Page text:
Tipping Point

Today we conclude the re-read portion our tour through Malcolm Gladwell’s The Tipping Point by tackling both the conclusion and the afterword. The Tipping Point is a theory that viral change—epidemics, in Gladwell’s word—can be caused and shaped by few actions and people. The Law of the Few tells us that connectors, mavens and salespeople can affect whether or not a concept, idea or movement moves across the tipping point and becomes an epidemic.


Gladwell identifies two major lessons in the conclusion.  The first lesson is that starting an epidemic requires concentrating resources on a few key areas. This is the Law of the Few. As a reminder, the Law of the Few describes how connectors, mavens and salespeople use their ability to link and network with others to reach beyond any normal individual.  As change agents, we will explore the idea of targeting the few to generate change in next week’s final thoughts on The Tipping Point. However, recognize that a shotgun approach to change very rarely catches fire, and—if it does—probably only by accident.

One note that I found especially interesting in the conclusion was the discussion of band-aid solutions.  Gladwell defined band-aid solutions as focusing on a very small or constrained solution. Having participated in more than a few meetings to identify solutions to problems, I can tell you that someone who describes a solution as a Band-Aid solution does so derisively. However, The Tipping Point argues that a Band-Aid solution focusing on the few is actually a very effective solution. Gladwell describes this type of solution as generating an impact with minimum effort, time and cost; we might call a Band-Aid solution a minimum viable solution (MVS).

The second lesson is that our cognitive biases shape how we see the world. This is not surprising, but our biases cause us to assume that small changes can not have big effects. Our intuition flies in the face of the theory of The Tipping Point.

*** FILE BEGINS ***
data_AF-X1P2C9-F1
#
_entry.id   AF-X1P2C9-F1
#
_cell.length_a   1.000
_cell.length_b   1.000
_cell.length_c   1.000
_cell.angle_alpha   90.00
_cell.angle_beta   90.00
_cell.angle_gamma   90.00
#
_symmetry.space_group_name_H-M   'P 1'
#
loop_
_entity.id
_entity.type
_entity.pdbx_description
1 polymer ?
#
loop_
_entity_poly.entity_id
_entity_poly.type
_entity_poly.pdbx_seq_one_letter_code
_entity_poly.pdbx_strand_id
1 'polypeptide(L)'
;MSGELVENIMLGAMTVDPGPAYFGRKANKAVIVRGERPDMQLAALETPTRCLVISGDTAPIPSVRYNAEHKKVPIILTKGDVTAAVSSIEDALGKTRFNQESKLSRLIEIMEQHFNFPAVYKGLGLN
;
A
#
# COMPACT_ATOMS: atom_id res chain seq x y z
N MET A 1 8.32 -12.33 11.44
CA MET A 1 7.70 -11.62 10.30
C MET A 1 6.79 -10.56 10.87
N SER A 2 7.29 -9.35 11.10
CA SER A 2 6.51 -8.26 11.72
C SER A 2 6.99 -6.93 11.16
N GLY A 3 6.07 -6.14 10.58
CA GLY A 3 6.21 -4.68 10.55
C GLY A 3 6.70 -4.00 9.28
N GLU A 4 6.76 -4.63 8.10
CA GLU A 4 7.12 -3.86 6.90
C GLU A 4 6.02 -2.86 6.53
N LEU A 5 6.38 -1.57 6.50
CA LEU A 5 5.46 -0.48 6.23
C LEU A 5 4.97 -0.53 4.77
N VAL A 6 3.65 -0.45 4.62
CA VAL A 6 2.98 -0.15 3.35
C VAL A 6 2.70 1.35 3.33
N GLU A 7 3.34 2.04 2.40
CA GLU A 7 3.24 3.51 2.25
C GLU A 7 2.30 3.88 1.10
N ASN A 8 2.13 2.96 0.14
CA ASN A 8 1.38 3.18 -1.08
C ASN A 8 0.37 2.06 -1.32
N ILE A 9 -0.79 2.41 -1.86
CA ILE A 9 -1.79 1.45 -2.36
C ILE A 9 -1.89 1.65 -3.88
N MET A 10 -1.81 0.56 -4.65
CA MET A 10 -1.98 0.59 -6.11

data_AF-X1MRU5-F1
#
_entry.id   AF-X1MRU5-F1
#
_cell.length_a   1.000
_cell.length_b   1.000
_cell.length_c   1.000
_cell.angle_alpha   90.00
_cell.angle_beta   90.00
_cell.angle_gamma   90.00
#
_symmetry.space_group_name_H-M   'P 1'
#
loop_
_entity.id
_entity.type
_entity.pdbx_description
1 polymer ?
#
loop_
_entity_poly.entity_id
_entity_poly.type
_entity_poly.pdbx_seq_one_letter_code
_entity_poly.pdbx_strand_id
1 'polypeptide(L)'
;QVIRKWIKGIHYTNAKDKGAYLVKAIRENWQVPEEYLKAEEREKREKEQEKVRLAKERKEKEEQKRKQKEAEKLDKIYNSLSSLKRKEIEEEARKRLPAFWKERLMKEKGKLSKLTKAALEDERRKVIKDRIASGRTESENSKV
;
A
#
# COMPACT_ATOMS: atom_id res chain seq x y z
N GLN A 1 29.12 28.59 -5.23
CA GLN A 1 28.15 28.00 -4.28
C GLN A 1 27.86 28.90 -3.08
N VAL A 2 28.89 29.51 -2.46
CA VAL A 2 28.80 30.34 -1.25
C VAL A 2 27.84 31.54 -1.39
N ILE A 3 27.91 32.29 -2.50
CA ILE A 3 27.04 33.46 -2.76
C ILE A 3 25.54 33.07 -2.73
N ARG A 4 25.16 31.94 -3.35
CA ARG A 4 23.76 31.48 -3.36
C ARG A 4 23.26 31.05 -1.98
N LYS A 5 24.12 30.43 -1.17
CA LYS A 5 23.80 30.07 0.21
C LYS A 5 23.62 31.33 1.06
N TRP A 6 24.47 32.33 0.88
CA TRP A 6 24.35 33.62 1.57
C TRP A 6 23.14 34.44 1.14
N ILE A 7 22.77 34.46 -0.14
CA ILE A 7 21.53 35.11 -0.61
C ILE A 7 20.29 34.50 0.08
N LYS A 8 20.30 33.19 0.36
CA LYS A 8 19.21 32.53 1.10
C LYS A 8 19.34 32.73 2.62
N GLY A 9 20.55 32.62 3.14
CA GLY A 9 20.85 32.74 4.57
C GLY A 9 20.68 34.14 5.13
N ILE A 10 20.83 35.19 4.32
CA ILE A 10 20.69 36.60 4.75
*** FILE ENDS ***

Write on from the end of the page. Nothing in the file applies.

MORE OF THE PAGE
One of the most important aspects of creating a change epidemic is an underlying belief that change can happen. Without that underlying belief, it’s probably nearly impossible to marshal the resources to look for the few needed to make the connections and to package the work such that it becomes sticky. People who believe the change is possible can change the behavior of those around them and then have those people change those around them in a widening wave of change.


One of the most interesting ideas in the afterword is the idea of immunity.  In the internet world’s environment of information abundance—where pushing out more information is perceived as creating power—people get tired and stop listening.  Change agents need to recognize that repeating the same message causes those they are trying to affect to shut down and stop listening. We become immune to a particular channel. I think about how I use my cell phone.  Once upon a time, I looked forward to every new number that popped up on the screen. Now I don’t necessarily answer every call because of the number of spam phone calls. Abundance has generated a type of immunity to messages reaching me using that channel.  Gladwell suggests that the cure for immunity is finding mavens, connectors, and salesman and using them to break through the clutter: the law of the few.

Previous entries:

Week 8 – Case Study: Suicide, Smoking, and The Search For The Unsticky Cigarettehttps://bit.ly/2FlMaCQ

Week 7 –  Case Study Rumors, Sneakers, and The Power of Translationhttps://bit.ly/2TSBtRs

Week 6: – Power of Context (Part Two)https://bit.ly/2tZQ92O

Week 5 – Power of Context (Part One)  – https://bit.ly/2GVxGwx

Week 4 – The Stickiness Factorhttps://bit.ly/2GuSJ96

Week 3 – The Law of the Fewhttps://bit.ly/2Buau46

Week 2 – The Three Rules of Epidemicshttps://bit.ly/2DQnRNV

Week 1 – Plans and Introductionhttps://bit.ly/2S8PPwc